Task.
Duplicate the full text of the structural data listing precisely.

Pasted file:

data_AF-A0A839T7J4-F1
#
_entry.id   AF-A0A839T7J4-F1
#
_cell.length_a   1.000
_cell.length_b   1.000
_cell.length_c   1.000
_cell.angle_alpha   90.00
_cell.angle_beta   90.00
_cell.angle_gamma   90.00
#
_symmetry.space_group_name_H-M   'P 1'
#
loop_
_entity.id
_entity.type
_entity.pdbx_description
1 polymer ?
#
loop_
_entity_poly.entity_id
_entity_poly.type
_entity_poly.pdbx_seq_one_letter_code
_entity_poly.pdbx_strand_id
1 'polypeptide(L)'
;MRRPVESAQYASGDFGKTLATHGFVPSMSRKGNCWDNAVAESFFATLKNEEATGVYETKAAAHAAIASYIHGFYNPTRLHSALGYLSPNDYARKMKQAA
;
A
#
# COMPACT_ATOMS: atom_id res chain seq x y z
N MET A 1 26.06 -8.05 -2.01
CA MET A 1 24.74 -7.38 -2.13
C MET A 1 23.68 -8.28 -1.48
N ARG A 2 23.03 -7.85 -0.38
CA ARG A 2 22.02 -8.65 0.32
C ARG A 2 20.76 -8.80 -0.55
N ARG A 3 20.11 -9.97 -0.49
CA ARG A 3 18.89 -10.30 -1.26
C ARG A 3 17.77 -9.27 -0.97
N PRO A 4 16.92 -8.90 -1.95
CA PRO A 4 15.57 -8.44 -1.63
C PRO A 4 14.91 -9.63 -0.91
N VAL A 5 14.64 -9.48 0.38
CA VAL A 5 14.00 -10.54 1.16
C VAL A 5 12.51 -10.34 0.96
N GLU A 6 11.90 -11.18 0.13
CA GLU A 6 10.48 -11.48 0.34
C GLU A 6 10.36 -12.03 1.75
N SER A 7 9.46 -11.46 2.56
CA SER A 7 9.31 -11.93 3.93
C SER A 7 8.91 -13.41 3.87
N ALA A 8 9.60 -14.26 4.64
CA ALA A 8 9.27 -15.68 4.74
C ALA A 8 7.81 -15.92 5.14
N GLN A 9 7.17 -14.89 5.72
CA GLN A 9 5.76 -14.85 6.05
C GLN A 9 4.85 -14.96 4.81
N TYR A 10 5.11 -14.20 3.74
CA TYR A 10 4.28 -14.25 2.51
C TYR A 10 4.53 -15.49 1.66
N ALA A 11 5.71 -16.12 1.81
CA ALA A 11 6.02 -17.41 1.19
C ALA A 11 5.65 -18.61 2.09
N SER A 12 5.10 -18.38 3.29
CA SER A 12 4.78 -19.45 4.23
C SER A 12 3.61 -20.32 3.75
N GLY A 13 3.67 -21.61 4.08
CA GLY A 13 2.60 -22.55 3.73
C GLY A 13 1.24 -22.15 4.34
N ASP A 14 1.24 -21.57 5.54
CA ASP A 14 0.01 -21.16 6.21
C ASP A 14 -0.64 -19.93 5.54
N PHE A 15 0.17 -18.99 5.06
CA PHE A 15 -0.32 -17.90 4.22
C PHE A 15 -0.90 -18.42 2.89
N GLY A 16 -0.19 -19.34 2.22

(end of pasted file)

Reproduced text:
data_AF-A0A839T7J4-F1
#
_entry.id   AF-A0A839T7J4-F1
#
_cell.length_a   1.000
_cell.length_b   1.000
_cell.length_c   1.000
_cell.angle_alpha   90.00
_cell.angle_beta   90.00
_cell.angle_gamma   90.00
#
_symmetry.space_group_name_H-M   'P 1'
#
loop_
_entity.id
_entity.type
_entity.pdbx_description
1 polymer ?
#
loop_
_entity_poly.entity_id
_entity_poly.type
_entity_poly.pdbx_seq_one_letter_code
_entity_poly.pdbx_strand_id
1 'polypeptide(L)'
;MRRPVESAQYASGDFGKTLATHGFVPSMSRKGNCWDNAVAESFFATLKNEEATGVYETKAAAHAAIASYIHGFYNPTRLHSALGYLSPNDYARKMKQAA
;
A
#
# COMPACT_ATOMS: atom_id res chain seq x y z
N MET A 1 26.06 -8.05 -2.01
CA MET A 1 24.74 -7.38 -2.13
C MET A 1 23.68 -8.28 -1.48
N ARG A 2 23.03 -7.85 -0.38
CA ARG A 2 22.02 -8.65 0.32
C ARG A 2 20.76 -8.80 -0.55
N ARG A 3 20.11 -9.97 -0.49
CA ARG A 3 18.89 -10.30 -1.26
C ARG A 3 17.77 -9.27 -0.97
N PRO A 4 16.92 -8.90 -1.95
CA PRO A 4 15.57 -8.44 -1.63
C PRO A 4 14.91 -9.63 -0.91
N VAL A 5 14.64 -9.48 0.38
CA VAL A 5 14.00 -10.54 1.16
C VAL A 5 12.51 -10.34 0.96
N GLU A 6 11.90 -11.18 0.13
CA GLU A 6 10.48 -11.48 0.34
C GLU A 6 10.36 -12.03 1.75
N SER A 7 9.46 -11.46 2.56
CA SER A 7 9.31 -11.93 3.93
C SER A 7 8.91 -13.41 3.87
N ALA A 8 9.60 -14.26 4.64
CA ALA A 8 9.27 -15.68 4.74
C ALA A 8 7.81 -15.92 5.14
N GLN A 9 7.17 -14.89 5.72
CA GLN A 9 5.76 -14.85 6.05
C GLN A 9 4.85 -14.96 4.81
N TYR A 10 5.11 -14.20 3.74
CA TYR A 10 4.28 -14.25 2.51
C TYR A 10 4.53 -15.49 1.66
N ALA A 11 5.71 -16.12 1.81
CA ALA A 11 6.02 -17.41 1.19
C ALA A 11 5.65 -18.61 2.09
N SER A 12 5.10 -18.38 3.29
CA SER A 12 4.78 -19.45 4.23
C SER A 12 3.61 -20.32 3.75
N GLY A 13 3.67 -21.61 4.08
CA GLY A 13 2.60 -22.55 3.73
C GLY A 13 1.24 -22.15 4.34
N ASP A 14 1.24 -21.57 5.54
CA ASP A 14 0.01 -21.16 6.21
C ASP A 14 -0.64 -19.93 5.54
N PHE A 15 0.17 -18.99 5.06
CA PHE A 15 -0.32 -17.90 4.22
C PHE A 15 -0.90 -18.42 2.89
N GLY A 16 -0.19 -19.34 2.22